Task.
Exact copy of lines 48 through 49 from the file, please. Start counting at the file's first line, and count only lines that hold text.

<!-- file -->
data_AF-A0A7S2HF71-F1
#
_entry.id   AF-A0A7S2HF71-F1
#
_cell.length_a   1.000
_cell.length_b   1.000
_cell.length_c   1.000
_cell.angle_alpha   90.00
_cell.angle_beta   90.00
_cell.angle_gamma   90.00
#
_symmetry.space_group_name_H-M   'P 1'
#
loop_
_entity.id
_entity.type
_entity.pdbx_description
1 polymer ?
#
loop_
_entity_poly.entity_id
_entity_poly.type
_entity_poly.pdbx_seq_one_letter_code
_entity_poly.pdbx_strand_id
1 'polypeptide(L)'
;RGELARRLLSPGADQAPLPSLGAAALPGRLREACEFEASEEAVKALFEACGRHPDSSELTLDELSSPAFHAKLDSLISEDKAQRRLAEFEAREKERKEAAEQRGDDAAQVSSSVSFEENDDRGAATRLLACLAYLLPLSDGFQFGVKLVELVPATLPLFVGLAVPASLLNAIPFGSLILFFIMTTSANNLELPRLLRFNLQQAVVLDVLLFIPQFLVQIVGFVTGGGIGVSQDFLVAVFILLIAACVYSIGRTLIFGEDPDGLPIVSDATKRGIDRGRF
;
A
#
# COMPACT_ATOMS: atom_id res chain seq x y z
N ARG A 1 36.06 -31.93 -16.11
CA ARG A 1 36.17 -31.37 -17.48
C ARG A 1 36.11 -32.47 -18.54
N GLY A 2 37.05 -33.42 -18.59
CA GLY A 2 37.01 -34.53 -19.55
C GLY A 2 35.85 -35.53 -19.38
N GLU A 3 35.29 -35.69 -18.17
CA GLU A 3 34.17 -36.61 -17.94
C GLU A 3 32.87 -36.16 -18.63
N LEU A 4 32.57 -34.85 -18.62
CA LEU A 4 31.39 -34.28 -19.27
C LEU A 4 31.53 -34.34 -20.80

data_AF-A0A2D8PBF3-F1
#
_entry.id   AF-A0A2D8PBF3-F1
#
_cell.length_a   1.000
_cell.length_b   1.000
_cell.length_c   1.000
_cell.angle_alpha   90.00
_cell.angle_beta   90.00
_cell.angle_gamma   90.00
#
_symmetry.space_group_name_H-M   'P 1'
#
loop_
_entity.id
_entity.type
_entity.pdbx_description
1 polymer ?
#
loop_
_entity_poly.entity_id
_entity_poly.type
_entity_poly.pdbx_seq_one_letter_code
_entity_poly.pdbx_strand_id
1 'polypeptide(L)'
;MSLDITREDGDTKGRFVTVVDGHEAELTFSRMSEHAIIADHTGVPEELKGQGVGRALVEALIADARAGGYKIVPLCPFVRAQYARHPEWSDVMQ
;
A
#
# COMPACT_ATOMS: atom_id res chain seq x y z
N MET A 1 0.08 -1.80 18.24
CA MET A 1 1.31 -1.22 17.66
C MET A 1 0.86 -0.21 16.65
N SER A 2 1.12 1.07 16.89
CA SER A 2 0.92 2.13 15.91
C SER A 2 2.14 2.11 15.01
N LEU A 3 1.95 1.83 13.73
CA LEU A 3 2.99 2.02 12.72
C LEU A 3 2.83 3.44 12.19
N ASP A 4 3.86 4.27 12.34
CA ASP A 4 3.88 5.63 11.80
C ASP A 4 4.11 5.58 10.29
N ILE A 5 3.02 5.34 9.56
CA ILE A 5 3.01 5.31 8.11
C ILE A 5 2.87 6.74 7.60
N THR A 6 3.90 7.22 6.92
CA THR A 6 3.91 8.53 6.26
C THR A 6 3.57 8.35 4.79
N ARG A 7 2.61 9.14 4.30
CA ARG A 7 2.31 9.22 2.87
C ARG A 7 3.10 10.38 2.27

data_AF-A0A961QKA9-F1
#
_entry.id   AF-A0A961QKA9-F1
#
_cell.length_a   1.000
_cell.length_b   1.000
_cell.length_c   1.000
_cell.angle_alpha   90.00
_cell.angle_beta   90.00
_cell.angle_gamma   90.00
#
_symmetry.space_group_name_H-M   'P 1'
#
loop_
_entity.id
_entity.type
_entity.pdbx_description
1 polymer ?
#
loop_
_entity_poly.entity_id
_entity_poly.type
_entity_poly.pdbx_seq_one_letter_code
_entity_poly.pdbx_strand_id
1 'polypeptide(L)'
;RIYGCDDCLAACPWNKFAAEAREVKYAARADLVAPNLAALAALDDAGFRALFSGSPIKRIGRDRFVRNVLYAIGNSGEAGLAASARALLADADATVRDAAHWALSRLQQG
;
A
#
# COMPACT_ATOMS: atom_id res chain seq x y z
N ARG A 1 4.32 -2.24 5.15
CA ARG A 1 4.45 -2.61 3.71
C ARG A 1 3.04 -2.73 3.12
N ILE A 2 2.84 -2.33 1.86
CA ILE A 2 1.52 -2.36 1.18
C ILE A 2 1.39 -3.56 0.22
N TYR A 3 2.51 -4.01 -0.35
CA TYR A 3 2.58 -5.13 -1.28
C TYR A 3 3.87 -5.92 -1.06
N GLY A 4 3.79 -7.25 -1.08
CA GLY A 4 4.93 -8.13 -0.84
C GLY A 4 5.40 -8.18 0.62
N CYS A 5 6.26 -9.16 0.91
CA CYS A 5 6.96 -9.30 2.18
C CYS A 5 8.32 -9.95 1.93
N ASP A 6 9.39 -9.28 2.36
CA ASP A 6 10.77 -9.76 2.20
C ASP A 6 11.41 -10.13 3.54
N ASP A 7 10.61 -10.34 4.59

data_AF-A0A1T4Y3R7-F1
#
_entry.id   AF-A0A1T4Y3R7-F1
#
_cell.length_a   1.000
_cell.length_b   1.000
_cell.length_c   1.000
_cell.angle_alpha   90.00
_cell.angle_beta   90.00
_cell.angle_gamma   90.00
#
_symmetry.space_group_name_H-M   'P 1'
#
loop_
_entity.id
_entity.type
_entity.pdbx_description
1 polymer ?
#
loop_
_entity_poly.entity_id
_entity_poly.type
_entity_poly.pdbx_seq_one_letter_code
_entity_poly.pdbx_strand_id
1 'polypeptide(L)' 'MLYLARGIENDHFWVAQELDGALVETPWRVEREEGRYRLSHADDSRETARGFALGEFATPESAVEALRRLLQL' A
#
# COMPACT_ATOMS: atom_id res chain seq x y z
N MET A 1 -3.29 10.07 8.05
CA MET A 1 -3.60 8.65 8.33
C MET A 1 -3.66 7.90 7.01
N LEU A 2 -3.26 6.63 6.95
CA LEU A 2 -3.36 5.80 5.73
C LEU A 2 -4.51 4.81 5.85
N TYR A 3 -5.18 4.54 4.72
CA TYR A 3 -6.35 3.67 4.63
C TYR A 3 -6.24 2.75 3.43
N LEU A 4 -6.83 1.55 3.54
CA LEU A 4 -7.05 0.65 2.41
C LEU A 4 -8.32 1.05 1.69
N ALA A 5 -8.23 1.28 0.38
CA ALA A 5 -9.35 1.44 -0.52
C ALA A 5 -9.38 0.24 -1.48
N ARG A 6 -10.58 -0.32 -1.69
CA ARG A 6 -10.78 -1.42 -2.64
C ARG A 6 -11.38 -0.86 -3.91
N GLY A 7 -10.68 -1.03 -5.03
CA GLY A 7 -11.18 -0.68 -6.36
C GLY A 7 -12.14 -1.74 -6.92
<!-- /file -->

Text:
_cell.length_b   1.000
_cell.length_c   1.000